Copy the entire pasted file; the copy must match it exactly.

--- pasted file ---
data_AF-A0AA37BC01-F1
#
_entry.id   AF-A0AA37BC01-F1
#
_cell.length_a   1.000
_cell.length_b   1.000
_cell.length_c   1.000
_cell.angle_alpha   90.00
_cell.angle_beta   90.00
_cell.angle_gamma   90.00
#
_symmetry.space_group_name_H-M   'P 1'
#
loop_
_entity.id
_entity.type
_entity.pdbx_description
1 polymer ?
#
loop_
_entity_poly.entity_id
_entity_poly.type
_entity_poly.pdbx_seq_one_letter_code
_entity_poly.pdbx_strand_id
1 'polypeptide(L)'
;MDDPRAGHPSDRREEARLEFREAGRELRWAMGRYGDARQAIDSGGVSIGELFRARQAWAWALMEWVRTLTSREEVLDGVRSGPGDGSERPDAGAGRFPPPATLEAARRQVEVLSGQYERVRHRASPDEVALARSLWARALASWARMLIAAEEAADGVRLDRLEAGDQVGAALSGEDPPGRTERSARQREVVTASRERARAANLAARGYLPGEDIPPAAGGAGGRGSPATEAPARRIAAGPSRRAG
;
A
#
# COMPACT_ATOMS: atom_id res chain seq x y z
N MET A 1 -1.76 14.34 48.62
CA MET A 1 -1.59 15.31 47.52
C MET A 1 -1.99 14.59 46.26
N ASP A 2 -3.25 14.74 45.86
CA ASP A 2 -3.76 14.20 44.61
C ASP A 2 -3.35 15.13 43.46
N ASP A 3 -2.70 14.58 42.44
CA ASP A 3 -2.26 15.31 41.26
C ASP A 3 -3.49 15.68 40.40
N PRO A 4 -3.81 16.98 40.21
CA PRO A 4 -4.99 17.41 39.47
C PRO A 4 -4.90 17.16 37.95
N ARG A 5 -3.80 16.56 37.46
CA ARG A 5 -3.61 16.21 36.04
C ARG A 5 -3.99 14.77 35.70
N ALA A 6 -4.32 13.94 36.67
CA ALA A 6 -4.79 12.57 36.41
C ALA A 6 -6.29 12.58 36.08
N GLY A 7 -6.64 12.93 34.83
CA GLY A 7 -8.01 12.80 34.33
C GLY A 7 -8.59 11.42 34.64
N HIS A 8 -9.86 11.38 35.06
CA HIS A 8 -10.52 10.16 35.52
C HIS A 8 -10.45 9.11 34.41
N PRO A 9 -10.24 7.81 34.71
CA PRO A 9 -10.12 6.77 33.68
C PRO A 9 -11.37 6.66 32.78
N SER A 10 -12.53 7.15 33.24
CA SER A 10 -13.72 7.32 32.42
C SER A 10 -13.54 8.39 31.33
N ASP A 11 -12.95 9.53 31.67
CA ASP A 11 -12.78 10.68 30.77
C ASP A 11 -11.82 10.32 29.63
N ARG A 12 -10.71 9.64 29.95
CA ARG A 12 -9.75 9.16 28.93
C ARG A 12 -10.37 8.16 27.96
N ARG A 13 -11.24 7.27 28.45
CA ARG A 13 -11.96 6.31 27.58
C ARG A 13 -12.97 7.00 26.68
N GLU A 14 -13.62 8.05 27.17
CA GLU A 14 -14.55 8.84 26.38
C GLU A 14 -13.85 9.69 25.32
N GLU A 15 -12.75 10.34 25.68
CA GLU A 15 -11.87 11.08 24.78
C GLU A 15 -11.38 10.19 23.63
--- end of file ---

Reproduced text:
data_AF-A0AA37BC01-F1
#
_entry.id   AF-A0AA37BC01-F1
#
_cell.length_a   1.000
_cell.length_b   1.000
_cell.length_c   1.000
_cell.angle_alpha   90.00
_cell.angle_beta   90.00
_cell.angle_gamma   90.00
#
_symmetry.space_group_name_H-M   'P 1'
#
loop_
_entity.id
_entity.type
_entity.pdbx_description
1 polymer ?
#
loop_
_entity_poly.entity_id
_entity_poly.type
_entity_poly.pdbx_seq_one_letter_code
_entity_poly.pdbx_strand_id
1 'polypeptide(L)'
;MDDPRAGHPSDRREEARLEFREAGRELRWAMGRYGDARQAIDSGGVSIGELFRARQAWAWALMEWVRTLTSREEVLDGVRSGPGDGSERPDAGAGRFPPPATLEAARRQVEVLSGQYERVRHRASPDEVALARSLWARALASWARMLIAAEEAADGVRLDRLEAGDQVGAALSGEDPPGRTERSARQREVVTASRERARAANLAARGYLPGEDIPPAAGGAGGRGSPATEAPARRIAAGPSRRAG
;
A
#
# COMPACT_ATOMS: atom_id res chain seq x y z
N MET A 1 -1.76 14.34 48.62
CA MET A 1 -1.59 15.31 47.52
C MET A 1 -1.99 14.59 46.26
N ASP A 2 -3.25 14.74 45.86
CA ASP A 2 -3.76 14.20 44.61
C ASP A 2 -3.35 15.13 43.46
N ASP A 3 -2.70 14.58 42.44
CA ASP A 3 -2.26 15.31 41.26
C ASP A 3 -3.49 15.68 40.40
N PRO A 4 -3.81 16.98 40.21
CA PRO A 4 -4.99 17.41 39.47
C PRO A 4 -4.90 17.16 37.95
N ARG A 5 -3.80 16.56 37.46
CA ARG A 5 -3.61 16.21 36.04
C ARG A 5 -3.99 14.77 35.70
N ALA A 6 -4.32 13.94 36.67
CA ALA A 6 -4.79 12.57 36.41
C ALA A 6 -6.29 12.58 36.08
N GLY A 7 -6.64 12.93 34.83
CA GLY A 7 -8.01 12.80 34.33
C GLY A 7 -8.59 11.42 34.64
N HIS A 8 -9.86 11.38 35.06
CA HIS A 8 -10.52 10.16 35.52
C HIS A 8 -10.45 9.11 34.41
N PRO A 9 -10.24 7.81 34.71
CA PRO A 9 -10.12 6.77 33.68
C PRO A 9 -11.37 6.66 32.78
N SER A 10 -12.53 7.15 33.24
CA SER A 10 -13.72 7.32 32.42
C SER A 10 -13.54 8.39 31.33
N ASP A 11 -12.95 9.53 31.67
CA ASP A 11 -12.78 10.68 30.77
C ASP A 11 -11.82 10.32 29.63
N ARG A 12 -10.71 9.64 29.95
CA ARG A 12 -9.75 9.16 28.93
C ARG A 12 -10.37 8.16 27.96
N ARG A 13 -11.24 7.27 28.45
CA ARG A 13 -11.96 6.31 27.58
C ARG A 13 -12.97 7.00 26.68
N GLU A 14 -13.62 8.05 27.17
CA GLU A 14 -14.55 8.84 26.38
C GLU A 14 -13.85 9.69 25.32
N GLU A 15 -12.75 10.34 25.68
CA GLU A 15 -11.87 11.08 24.78
C GLU A 15 -11.38 10.19 23.63